On the other hand (and this is a long term consequence) an untreated phobia may become more noticeable over time, Causing in the patient a number of symptoms which affect his mental health and even his interpersonal and social relationships.
Not coping with xyrophobia can cause the person to see their social relationships altered, for example by avoiding the fear of affecting to show this phobia and be judged. This fact could have negative impacts on the person’s self-esteem and lead to the fact that this person is separated from his professional, personal and family environment.
In more severe cases, depression can even occur, and in extreme cases, these phobia sufferers may seek refuge in the use and subsequent abuse of addictive substances such as alcohol or drugs. That those would be the only things that would allow them to do it. “Deal” with this phobia.
Several causes can cause gyrophobia: on the one hand, it can be a phobia coming from another phobia. For example, bellophobia, which is the fear of sharp objects such as needles, can give rise to gyrophobia.
Another associated phobia is hemophobia, which is an irrational fear in the blood. One way or another, the fear produced by contact (physical or visual) with blood, is associated with a consequence that must be cut with a razor. For this reason, these phobias can converge.
Another cause is the traumatic experiences that penetrated the memory of the person; an episode from the past that may have been very painful. In this episode, the person may have made a deep cut or be injured in some way while handling razors, and as a result may develop chirophobia.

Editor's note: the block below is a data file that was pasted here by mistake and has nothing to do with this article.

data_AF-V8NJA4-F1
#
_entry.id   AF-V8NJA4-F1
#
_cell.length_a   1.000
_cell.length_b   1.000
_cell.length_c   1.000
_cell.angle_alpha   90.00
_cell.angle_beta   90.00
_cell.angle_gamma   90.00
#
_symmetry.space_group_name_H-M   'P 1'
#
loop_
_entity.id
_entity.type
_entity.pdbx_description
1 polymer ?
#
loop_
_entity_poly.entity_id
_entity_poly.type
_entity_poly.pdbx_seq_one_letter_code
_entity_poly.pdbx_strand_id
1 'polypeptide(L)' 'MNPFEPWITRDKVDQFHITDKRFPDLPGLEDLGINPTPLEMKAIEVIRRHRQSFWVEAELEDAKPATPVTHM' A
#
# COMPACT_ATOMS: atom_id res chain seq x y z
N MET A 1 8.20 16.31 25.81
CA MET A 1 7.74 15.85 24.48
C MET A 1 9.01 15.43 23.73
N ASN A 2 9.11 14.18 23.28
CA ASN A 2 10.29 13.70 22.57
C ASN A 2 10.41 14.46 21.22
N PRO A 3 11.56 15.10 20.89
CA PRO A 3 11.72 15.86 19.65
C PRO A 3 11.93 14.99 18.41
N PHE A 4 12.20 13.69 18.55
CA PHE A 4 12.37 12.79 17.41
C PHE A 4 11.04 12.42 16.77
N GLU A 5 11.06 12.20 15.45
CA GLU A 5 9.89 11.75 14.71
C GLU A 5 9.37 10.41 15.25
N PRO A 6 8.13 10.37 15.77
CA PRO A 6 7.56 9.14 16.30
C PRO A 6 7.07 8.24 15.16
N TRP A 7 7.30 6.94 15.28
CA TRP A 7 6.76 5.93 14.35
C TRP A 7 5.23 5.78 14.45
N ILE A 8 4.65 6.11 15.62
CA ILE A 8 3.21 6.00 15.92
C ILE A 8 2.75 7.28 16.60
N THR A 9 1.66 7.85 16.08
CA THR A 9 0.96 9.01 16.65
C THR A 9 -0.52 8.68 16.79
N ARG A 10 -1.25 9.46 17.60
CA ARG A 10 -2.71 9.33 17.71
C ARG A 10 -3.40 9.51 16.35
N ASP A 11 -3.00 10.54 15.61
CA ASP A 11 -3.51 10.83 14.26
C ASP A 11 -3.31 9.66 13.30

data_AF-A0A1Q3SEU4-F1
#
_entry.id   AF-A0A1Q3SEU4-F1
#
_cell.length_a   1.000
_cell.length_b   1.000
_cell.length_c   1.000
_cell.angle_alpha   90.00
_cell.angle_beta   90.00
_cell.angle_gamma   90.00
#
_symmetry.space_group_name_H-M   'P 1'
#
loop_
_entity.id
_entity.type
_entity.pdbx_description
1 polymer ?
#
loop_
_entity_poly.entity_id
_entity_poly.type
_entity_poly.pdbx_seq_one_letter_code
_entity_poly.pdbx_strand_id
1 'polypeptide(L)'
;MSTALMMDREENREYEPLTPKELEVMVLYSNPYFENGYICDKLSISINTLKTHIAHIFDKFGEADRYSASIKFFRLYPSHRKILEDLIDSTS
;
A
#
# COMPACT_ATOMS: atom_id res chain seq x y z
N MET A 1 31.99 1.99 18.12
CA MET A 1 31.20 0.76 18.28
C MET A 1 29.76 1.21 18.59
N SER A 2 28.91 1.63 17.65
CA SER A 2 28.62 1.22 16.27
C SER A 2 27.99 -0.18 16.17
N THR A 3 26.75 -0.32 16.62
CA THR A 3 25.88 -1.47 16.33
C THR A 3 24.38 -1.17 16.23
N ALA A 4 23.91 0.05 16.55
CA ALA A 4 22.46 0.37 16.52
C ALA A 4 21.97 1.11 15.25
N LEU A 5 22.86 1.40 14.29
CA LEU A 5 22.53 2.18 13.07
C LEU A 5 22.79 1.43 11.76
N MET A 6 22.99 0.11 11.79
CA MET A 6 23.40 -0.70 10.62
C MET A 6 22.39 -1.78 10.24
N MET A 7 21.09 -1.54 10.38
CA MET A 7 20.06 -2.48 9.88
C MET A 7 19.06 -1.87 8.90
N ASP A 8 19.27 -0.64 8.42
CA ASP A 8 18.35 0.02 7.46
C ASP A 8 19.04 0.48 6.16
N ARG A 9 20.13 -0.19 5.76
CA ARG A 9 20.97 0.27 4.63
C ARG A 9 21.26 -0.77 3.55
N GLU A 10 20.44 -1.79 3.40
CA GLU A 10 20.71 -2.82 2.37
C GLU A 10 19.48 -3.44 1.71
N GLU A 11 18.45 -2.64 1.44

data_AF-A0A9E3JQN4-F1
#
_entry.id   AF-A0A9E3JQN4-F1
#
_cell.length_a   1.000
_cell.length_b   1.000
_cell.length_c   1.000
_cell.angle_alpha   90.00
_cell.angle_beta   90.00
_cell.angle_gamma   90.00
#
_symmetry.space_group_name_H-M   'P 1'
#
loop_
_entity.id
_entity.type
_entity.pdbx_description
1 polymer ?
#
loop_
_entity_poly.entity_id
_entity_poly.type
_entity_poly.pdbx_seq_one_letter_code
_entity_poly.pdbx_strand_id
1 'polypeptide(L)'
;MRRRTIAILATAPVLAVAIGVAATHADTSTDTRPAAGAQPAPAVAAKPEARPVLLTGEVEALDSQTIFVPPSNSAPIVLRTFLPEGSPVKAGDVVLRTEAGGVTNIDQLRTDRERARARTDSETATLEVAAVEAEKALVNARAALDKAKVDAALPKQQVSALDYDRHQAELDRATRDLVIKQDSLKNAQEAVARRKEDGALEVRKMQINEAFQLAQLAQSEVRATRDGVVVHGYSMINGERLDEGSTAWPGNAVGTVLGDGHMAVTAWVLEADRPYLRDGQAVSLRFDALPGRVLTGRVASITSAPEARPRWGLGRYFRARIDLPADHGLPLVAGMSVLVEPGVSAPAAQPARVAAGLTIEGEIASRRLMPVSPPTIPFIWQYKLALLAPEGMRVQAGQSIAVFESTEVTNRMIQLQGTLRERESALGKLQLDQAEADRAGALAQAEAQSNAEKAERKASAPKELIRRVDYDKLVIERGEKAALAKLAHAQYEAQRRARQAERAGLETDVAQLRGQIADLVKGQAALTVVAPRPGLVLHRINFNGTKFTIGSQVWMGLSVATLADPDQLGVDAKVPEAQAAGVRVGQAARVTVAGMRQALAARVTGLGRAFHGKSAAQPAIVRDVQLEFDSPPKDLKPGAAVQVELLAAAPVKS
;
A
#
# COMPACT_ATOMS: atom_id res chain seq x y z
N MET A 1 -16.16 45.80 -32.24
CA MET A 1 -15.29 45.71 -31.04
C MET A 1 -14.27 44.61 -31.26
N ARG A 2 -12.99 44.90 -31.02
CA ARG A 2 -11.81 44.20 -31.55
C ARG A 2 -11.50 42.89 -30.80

Sometimes the origin is idiopathic, that is, it is not known for sure what or what are the triggers of the phobia.
Finally, we will talk about treatments that can be used to treat gyrophobia in psychotherapy.
It is important to remember that the treatments usually used in certain types of phobias cover two types: on the one hand, we have exposure therapy and on the other hand, there is cognitive behavioral therapy.
In the first case, exposure therapy, the treatment consists of exposing the gyrophobic person to the stimuli of which they are afraid. In this case, the contact with the razors would begin, from a superficial shape to its use.
In the second case mentioned, cognitive behavioral therapy, we mean modulate poorly established beliefs and ideas in the brain, Associated with the phobic stimulus, in this case the razor, potentially harmful element.
In any case, as we have seen, fear is an adaptive process, but when it ceases to be so, it is necessary to act and initiate psychological therapy. So faced with a situation of chirophobia, it must be faced with therapeutic action on the part of qualified professionals in the field of mental health.
- American Psychiatric Association -APA- (2014). DSM-5. Diagnostic and Statistical Manual of Mental Disorders. Madrid: Panamericana.
- Belloch, A., Sandín, B. and Ramos, F. (2010). Manual of psychopathology. Volumes I and II. Madrid: McGraw-Hill.
- Horse (2002). Manual for the cognitive-behavioral treatment of psychological disorders. Flight. 1 and 2. Madrid. 21st century (chapters 1-8, 16-18).